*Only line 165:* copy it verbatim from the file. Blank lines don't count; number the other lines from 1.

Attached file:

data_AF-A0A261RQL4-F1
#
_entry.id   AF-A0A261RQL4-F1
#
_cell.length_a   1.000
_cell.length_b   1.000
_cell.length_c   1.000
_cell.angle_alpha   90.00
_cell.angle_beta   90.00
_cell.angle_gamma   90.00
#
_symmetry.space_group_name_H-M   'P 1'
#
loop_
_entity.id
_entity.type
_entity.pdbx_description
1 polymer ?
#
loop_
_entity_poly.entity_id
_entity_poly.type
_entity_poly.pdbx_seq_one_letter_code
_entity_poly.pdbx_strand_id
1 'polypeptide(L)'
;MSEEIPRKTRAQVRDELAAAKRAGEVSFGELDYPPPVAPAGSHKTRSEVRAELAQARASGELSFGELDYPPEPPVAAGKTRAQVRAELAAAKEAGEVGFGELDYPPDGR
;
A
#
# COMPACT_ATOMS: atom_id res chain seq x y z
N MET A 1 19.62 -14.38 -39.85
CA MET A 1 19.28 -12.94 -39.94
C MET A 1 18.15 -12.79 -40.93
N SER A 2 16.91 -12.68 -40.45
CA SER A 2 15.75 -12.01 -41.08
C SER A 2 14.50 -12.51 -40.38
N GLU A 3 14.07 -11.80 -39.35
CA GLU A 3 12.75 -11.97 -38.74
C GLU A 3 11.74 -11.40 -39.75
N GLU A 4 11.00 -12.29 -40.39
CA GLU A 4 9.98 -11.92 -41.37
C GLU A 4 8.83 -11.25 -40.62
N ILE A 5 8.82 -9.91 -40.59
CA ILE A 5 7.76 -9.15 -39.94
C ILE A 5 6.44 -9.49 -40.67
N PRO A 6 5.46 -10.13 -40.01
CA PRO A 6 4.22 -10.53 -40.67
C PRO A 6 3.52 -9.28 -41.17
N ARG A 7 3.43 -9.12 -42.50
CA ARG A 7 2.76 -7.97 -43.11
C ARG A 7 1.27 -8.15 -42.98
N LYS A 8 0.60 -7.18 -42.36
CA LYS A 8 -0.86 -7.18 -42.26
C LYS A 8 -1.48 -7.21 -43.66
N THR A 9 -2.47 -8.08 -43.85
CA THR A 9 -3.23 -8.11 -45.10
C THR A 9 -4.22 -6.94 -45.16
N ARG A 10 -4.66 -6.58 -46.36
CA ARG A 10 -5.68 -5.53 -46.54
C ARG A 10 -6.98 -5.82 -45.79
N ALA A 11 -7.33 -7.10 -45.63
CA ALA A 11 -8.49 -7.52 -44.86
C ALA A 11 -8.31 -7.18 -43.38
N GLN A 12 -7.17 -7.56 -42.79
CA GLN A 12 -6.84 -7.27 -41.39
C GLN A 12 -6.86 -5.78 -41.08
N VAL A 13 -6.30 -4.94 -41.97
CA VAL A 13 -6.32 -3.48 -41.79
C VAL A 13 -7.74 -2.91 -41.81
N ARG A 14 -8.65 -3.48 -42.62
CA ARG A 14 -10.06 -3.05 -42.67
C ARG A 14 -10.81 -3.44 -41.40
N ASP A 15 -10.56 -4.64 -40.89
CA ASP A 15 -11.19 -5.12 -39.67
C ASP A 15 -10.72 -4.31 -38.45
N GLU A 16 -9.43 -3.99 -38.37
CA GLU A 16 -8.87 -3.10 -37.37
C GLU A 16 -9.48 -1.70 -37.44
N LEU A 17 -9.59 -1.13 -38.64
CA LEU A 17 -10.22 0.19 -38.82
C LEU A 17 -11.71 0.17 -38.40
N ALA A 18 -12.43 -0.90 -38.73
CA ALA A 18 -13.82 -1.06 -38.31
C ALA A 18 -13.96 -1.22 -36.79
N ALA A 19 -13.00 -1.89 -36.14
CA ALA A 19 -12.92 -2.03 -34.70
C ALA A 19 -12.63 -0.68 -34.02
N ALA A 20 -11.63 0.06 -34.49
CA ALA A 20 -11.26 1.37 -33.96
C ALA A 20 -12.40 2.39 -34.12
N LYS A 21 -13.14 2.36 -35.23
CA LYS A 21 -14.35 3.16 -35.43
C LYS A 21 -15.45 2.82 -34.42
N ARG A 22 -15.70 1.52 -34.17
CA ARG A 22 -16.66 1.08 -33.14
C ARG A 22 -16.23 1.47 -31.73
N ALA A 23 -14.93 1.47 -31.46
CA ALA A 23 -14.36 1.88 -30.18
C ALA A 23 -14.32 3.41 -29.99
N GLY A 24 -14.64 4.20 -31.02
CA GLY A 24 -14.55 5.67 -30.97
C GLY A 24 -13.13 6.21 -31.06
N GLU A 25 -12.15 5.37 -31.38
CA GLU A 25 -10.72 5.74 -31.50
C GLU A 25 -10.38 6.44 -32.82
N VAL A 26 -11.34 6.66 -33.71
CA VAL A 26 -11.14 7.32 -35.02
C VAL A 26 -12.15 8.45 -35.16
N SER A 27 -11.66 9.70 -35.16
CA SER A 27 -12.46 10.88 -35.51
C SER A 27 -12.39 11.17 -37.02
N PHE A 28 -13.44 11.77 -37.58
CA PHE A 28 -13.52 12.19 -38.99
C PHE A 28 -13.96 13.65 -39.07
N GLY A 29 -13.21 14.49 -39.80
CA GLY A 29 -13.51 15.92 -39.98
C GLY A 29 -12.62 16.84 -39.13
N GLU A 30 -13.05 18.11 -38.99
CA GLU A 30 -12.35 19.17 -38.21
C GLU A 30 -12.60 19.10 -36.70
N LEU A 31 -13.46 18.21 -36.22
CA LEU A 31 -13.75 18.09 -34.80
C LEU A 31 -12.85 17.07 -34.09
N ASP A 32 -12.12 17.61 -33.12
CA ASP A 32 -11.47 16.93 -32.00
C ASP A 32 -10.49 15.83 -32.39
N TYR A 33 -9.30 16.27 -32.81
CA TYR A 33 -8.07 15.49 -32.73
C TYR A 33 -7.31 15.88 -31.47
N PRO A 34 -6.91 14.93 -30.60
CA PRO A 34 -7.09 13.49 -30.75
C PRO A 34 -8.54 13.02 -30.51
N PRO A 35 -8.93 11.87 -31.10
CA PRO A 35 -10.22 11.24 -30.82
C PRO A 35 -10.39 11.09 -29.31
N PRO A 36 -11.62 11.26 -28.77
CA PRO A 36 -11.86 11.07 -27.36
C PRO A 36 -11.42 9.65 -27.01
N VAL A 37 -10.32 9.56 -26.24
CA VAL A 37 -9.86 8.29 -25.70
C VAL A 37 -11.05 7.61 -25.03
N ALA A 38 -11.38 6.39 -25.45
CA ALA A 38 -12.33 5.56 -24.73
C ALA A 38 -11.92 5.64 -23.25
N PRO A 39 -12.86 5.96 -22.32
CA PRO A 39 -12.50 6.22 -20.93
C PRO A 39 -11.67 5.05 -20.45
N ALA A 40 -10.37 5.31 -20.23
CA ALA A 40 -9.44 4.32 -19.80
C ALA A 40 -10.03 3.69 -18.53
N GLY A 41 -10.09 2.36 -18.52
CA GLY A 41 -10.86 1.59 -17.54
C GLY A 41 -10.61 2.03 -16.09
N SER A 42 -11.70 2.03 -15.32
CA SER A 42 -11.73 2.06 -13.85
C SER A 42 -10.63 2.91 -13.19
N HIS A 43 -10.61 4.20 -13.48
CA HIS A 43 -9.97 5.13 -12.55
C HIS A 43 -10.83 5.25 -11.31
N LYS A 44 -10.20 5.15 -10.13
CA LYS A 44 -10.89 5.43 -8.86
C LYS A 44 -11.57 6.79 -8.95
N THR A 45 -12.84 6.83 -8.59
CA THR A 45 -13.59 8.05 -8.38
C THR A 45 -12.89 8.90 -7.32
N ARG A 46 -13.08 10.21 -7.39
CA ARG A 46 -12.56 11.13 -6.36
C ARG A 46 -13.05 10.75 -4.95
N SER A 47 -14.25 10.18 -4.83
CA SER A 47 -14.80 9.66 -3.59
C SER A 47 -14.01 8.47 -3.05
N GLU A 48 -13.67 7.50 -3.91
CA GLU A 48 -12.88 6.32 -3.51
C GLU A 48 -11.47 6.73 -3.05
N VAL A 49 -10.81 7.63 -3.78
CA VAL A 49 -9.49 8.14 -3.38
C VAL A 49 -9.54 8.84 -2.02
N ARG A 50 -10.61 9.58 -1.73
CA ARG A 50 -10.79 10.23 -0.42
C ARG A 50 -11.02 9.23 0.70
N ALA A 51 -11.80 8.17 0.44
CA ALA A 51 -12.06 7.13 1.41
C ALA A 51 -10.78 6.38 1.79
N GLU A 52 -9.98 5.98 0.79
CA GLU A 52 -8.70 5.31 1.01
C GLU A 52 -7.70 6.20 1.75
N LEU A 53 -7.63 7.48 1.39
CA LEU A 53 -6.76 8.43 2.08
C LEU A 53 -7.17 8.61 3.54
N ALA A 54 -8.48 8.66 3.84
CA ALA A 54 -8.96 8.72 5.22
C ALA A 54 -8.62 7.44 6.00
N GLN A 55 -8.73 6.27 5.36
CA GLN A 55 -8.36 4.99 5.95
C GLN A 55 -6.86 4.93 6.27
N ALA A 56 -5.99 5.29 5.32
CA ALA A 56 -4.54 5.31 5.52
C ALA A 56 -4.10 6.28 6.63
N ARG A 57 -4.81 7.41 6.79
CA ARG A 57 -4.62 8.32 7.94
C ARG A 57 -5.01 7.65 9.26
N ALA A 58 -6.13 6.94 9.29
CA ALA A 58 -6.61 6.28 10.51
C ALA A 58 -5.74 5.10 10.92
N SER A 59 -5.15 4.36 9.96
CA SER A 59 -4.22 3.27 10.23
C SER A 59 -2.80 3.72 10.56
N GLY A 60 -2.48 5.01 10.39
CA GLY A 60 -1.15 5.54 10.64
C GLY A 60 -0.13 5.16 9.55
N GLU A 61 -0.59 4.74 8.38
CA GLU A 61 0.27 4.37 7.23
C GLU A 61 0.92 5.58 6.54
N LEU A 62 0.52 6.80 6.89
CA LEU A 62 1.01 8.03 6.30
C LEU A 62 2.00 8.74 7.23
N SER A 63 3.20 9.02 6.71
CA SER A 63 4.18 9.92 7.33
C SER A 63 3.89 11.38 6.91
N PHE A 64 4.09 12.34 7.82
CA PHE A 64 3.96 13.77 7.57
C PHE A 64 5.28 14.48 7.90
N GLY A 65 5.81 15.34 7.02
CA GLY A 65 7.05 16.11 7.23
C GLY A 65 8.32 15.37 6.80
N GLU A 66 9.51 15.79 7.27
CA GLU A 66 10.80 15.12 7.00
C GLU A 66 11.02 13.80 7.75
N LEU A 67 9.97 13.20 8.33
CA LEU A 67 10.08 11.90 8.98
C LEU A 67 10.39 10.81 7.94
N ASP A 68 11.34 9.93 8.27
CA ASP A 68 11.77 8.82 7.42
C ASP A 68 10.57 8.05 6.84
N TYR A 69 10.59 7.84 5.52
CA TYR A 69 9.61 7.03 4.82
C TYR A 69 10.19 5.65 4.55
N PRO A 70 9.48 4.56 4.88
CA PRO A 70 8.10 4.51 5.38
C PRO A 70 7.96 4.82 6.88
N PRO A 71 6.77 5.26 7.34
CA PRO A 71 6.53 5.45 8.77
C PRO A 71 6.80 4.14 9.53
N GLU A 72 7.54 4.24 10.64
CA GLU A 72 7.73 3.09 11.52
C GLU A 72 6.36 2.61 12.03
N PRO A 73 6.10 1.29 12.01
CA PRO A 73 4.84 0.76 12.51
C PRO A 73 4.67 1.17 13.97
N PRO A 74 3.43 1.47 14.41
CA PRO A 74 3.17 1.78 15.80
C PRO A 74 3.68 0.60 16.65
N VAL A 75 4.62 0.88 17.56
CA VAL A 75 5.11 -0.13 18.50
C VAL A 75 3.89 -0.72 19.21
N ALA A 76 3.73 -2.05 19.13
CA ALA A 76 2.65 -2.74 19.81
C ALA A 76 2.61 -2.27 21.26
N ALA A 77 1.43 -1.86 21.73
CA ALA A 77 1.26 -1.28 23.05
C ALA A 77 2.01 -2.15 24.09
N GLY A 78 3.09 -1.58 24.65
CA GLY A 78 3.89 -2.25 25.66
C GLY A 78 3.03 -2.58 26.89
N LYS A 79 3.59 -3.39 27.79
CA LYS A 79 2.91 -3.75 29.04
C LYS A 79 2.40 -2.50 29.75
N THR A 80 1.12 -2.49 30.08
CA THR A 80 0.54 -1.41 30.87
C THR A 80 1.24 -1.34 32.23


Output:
C THR A 45 -12.89 8.90 -7.32